Discussing Church Attendance Statistics on BBC Berkshire

This morning at just after 7am, rather than eating my breakfast as I would normally be, I was instead on the phone talking to Andrew Peach on BBC Radio Berkshire in a phone in discussion about falling church attendance, triggered by the provisional 2010 attendance figures published last week. In terms of the Oxford Diocese they show a fall in various weekly attendance stats that in percentage terms is middle of the pack, but thanks to the large number of churches in the diocese sounds a lot more of a crisis if you quote the actual number, which BBC Berkshire did – frequently. However the stats also show that membership across the diocese has gone up, and a rise in church weddings, and similarly healthy figures for baptism.

The discussion was trailed as the main topic of discussion yesterday, so I actually e-mailed in talking about our church St James’ Finchampstead where attendance is doing anything but falling, and at lunchtime I had an e-mail from a BBC researcher wanting me to participate.

I’ve listened enough to the Peach show to realise how they work, generally the discussion is kicked off by a couple of people, usually with opposing opinions, and since I was asked to be one of the first it looked like I was being lined up as one of those people. I didn’t find out who the other person was until I heard them on the radio with everyone else, and it turned out to be a chap from Ascot, now member of the Reading branch of the Catholic Ordinariate who was previously a member of the Church of England (I’m guessing at All Saints) who was quite clear that the reason numbers were falling was because the Church of England was going all liberal and ordaining women.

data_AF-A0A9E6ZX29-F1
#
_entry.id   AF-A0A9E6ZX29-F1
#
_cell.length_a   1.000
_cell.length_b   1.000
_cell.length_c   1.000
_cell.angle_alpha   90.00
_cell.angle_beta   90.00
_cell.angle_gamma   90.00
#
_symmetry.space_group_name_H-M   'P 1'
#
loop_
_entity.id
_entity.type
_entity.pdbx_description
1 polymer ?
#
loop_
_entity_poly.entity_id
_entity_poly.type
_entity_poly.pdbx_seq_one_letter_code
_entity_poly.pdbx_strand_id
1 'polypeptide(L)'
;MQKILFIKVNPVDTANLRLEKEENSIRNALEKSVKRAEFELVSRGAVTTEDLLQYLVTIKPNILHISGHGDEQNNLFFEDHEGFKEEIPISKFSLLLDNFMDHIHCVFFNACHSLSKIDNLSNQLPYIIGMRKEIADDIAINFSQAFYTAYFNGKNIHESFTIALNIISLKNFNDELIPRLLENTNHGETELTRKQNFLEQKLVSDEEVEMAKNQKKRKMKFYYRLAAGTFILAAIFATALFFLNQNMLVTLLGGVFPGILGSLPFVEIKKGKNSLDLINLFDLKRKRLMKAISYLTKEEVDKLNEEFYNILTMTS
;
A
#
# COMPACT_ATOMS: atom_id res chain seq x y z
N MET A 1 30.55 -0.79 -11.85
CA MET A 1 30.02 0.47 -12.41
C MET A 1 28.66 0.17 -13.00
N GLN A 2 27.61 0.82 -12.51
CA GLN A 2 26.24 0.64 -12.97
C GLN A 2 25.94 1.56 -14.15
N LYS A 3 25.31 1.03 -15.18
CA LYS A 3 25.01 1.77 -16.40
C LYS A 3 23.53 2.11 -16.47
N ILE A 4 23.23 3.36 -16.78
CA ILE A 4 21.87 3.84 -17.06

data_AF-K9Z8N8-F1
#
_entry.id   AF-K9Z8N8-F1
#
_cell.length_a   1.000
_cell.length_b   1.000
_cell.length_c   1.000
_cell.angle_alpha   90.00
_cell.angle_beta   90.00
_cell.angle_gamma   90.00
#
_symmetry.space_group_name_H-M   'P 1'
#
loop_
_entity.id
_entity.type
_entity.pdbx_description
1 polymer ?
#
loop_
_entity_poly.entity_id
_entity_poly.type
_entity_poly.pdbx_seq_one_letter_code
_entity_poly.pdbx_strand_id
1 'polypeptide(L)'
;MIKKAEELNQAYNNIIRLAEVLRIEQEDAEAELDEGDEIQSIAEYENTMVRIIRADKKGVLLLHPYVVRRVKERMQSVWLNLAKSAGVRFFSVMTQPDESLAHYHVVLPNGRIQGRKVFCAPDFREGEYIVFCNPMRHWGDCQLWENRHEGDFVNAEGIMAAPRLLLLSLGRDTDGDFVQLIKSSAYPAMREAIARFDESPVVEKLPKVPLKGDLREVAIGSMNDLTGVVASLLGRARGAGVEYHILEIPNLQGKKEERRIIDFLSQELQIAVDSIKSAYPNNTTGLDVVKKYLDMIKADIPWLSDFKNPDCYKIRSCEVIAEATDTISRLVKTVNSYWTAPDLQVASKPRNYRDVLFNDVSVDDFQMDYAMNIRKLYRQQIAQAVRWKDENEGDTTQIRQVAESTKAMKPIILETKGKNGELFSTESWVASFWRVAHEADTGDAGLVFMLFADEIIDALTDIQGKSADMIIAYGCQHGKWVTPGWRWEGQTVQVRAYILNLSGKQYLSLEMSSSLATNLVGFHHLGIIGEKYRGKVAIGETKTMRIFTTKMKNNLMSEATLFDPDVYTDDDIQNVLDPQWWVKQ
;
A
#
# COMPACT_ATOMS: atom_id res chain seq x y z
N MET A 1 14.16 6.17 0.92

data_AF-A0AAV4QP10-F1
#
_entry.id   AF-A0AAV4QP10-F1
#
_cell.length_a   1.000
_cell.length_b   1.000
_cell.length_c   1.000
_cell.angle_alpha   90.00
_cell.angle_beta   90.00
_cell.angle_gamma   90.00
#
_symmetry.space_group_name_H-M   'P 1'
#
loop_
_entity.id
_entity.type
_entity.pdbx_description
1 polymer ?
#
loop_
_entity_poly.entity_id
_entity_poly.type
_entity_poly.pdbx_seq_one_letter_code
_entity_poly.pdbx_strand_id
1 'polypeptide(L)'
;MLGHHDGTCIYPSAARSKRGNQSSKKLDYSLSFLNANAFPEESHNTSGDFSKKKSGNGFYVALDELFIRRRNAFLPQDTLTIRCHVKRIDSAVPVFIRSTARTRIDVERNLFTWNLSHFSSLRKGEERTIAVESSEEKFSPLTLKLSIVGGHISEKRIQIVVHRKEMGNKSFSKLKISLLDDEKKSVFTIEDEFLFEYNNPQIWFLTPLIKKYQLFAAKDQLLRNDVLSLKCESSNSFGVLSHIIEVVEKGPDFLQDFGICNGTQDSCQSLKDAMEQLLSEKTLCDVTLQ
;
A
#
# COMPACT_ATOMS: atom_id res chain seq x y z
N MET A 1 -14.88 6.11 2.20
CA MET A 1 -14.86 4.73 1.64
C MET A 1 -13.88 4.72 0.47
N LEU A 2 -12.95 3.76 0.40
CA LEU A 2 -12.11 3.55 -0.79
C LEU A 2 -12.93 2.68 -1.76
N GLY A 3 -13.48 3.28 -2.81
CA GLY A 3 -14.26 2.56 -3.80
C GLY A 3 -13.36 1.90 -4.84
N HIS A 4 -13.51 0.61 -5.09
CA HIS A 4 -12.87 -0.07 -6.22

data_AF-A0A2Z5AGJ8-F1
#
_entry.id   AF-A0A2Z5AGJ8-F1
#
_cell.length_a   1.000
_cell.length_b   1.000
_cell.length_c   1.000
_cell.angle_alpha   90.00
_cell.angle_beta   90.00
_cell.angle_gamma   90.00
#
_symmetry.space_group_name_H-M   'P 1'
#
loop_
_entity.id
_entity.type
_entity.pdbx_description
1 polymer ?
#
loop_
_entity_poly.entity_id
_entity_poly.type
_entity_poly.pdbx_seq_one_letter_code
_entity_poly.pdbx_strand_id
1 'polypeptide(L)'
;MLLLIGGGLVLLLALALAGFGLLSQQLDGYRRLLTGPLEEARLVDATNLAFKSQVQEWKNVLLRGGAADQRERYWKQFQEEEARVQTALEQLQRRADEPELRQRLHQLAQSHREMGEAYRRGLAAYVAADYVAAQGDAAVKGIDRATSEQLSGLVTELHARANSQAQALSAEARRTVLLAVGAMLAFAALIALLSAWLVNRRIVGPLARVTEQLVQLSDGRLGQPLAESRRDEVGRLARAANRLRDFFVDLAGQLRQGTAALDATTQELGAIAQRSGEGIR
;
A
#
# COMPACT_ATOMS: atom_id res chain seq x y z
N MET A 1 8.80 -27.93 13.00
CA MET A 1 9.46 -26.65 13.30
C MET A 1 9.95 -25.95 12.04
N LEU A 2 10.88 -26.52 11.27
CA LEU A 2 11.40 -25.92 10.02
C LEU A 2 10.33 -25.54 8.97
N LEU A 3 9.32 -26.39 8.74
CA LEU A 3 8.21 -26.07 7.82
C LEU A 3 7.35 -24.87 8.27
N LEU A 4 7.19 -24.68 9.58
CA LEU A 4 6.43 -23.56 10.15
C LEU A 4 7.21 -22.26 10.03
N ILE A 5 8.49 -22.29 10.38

Now in my experience whilst the press and media absolutely love a good scrap between Anglicans over women priests, or women bishops, or even better a good gay story, and whilst there are parts of the church that regularly make a big noise over it, for the overwhelming majority of the average people in the pews it’s a non-issue. Since the Vicar of Dibley most people outside the Church of England, and a good few inside it are surprised, even shocked that there are still churches in the Church of England that will not recognise an ordained woman as a valid priest. It really is not something that figures in their thinking. What people are interested in is whether the services are interesting or boring, whether their kids will be welcome, whether the sermons will be too long, whether the music is to their taste. For the vast majority of people the sex of the person up the front, or what they do in the bedroom doesn’t figure at all.

So, with him having said his piece, Andrew came to me, and basically asked for my comment, to which I gave much the same response as I’ve just explained above. Given that the Priest in Charge who started the growth at St James’ Finchampstead was a woman, which I’d mentioned in the discussion with the researcher yesterday, I’m thinking they were hoping I’d angrily point out that a woman had turned our struggling church around, but I didn’t. My thought was very much that this shouldn’t be about the hot button issues, but should be much more about what we and other growing churches were doing. In my little slot I got in the point about services catering for a broad range of people, and Andrew moved on. What was particularly pleasing is that although there were one or two texts and tweets who provided some media pleasing bashing the other Christians with bible verses many of the people followed me talked about their thriving churches and didn’t rise to the bait. Interestingly they even tried to bait Bishop John with replaying the same interview an hour later, but he didn’t rise to it either. At one point they also had Sean Green who is a pastor at Reading Family Church who made a comment about falling numbers not being his experience with Church of England colleagues in the town, and how you can show a lot of things with statistics – very true given the line the programme was taking.